• Your lender has to treat you justly – and that’s a first and foremost. They also have to communicate clearly to you that you’ve missed a payment, and be willing to listen to and consider any proposals you have on how you’re going to pay and make things right.
  • It’s up to you to be concise in your response, and to reply to the lender in an acceptable amount of time. The worst thing you can possibly do is to ignore your lender. This will only speed up the overall repossession process.
  • If you lender takes you to court, then the overall decision of whether or not your home should be repossessed will be made by the judge.
  • Likewise, the judge will also decide how much repossession notice you’ll given. You then must leave the property by the date given by the court, otherwise you risk bailiffs and the police becoming involved.
  • If you’re already on benefits, you could look at applying for an SMI, which is also referred to as Support for Mortgage Interest.

If you’re found to be eligible for Support for Mortgage Interest, then the court proceedings cannot commence.

Things to Consider if You’re Worried About Arrears

Finally, here are just a few of the things you should consider if you’re worried about missed payments and getting into mortgage arrears:

  • The most important piece of advice here, would be to face the problem head on. Ignoring money troubles when it comes to mortgage repayments is literally the worst thing you can do.
  • The problem does not go away if you ignore it. In fact, it escalates in speed and gets far worse.
  • Remember that lenders don’t actually want to possess your home. It’s also in their best interest for you to make payments every month as you agreed. This is why it’s always worth talking to them first.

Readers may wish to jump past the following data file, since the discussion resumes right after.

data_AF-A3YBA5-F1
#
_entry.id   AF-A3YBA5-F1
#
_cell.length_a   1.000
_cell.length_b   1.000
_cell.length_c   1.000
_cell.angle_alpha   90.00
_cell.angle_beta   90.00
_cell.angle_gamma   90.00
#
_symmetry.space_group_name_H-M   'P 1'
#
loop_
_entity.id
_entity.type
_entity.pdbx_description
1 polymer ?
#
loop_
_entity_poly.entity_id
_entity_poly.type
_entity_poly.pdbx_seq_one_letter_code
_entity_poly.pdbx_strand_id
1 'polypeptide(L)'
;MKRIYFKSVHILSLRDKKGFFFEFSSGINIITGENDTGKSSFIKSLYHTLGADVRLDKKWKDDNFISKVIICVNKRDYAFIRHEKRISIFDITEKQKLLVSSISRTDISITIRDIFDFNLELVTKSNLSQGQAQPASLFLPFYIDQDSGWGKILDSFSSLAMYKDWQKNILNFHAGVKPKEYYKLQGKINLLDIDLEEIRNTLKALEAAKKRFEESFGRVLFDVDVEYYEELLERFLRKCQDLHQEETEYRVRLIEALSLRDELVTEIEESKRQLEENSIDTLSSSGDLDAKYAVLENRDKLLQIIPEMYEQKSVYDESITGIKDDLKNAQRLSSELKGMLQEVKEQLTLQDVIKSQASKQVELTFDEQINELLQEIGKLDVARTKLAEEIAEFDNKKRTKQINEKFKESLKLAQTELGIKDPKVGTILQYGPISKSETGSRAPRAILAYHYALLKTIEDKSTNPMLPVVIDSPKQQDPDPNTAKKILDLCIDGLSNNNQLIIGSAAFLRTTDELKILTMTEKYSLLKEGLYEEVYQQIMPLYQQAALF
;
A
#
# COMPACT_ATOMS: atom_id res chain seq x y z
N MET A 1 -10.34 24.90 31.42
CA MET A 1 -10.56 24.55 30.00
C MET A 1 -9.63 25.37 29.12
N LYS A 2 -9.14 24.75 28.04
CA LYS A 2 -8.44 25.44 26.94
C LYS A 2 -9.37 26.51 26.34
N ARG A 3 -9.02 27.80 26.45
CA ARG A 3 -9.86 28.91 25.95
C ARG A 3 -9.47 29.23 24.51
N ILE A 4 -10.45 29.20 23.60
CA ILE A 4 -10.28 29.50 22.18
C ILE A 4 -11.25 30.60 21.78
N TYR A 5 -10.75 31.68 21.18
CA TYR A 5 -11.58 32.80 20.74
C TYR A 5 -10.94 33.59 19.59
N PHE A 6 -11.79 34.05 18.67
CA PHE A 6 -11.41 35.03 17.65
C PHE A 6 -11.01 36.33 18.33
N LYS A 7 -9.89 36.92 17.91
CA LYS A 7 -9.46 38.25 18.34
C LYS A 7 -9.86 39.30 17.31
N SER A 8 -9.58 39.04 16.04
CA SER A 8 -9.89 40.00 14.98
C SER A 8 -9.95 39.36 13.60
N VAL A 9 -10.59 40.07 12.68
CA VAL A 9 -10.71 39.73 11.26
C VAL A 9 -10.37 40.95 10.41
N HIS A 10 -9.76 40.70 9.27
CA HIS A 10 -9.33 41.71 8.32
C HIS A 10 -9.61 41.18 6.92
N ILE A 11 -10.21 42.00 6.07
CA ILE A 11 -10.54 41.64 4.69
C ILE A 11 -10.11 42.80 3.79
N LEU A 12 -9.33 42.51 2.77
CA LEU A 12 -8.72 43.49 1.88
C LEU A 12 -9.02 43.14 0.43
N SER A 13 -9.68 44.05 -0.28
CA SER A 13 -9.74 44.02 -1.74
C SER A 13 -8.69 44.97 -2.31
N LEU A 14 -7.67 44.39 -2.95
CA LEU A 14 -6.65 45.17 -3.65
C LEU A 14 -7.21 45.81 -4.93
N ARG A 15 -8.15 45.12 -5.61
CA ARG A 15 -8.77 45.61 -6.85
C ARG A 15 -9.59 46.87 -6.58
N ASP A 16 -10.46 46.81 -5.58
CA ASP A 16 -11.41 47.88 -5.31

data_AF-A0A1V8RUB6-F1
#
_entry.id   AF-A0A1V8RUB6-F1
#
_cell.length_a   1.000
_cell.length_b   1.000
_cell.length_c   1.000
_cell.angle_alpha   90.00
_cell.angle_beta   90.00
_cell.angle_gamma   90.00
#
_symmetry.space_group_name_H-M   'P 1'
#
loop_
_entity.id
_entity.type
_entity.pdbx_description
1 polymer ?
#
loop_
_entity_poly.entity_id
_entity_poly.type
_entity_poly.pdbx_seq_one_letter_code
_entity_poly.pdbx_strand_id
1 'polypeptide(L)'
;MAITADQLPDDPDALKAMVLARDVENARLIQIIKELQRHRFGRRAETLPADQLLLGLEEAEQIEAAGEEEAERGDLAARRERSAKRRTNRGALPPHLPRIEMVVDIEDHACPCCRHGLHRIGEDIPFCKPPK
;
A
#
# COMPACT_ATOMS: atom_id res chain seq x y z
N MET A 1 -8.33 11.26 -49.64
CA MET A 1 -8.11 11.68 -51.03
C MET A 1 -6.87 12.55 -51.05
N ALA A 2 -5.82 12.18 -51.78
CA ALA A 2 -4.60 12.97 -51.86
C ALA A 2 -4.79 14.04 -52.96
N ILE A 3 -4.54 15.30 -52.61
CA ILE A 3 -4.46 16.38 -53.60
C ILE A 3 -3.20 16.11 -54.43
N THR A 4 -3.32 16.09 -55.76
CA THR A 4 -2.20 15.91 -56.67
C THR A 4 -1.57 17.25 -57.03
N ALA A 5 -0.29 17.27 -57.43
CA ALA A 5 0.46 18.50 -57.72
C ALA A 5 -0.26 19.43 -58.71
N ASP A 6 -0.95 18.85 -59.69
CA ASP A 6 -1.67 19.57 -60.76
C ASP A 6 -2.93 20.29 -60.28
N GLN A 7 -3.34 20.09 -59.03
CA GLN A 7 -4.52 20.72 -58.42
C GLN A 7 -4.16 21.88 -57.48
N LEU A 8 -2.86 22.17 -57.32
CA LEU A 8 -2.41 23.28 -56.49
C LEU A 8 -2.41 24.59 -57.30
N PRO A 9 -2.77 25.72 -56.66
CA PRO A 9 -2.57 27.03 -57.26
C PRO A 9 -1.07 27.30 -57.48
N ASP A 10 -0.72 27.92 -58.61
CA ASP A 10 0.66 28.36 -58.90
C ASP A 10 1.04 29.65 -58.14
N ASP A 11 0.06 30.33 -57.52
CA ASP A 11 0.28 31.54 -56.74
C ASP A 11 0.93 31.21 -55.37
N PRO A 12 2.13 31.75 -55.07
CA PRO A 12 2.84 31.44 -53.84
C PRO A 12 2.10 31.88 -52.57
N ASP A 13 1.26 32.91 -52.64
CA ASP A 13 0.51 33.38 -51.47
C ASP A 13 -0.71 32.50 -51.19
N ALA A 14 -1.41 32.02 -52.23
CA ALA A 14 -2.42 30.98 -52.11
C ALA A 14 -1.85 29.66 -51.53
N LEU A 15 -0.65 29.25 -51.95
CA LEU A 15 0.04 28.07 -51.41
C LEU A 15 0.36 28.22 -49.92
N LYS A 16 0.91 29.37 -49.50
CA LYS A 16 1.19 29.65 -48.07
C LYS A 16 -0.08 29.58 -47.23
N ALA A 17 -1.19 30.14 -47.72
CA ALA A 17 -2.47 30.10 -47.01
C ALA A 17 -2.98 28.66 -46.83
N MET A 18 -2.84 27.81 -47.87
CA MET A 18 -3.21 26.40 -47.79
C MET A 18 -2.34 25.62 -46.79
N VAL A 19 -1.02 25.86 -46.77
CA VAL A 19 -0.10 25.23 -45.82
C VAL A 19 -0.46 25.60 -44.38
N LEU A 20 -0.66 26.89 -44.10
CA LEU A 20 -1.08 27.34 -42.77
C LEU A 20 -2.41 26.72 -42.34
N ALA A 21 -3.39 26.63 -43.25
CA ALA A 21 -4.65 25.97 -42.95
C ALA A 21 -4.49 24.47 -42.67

• Confront the problem. Take action, and try to come to an agreement with your lender, such as extending the term of your mortgage for example. Remember that they will only contact the court in order to repossess your property if there are no other options.
  • Try and confront your arrears as soon as you possibly can. Even paying off a small amount is better than nothing at all. It shows the lender or bank that you’re willing to try and work alongside them in order to pay what you owe, and helps to rebuild their trust in you.
  • Remember, that if you ignore your arrears and leave the bank or lender with no other choice, then they will have to repossess you. That’s just how it works.
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On a finishing note: don’t delay, or the inevitable will happen. Reach out for help if you’re having trouble making you mortgage payments, and act fast. The quicker you confront the problem, the less chance you have of being repossessed – and repossession is the last thing any of us want. Even the banks and the lenders.

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2 Tallis St,
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ben@benkennish.co.uk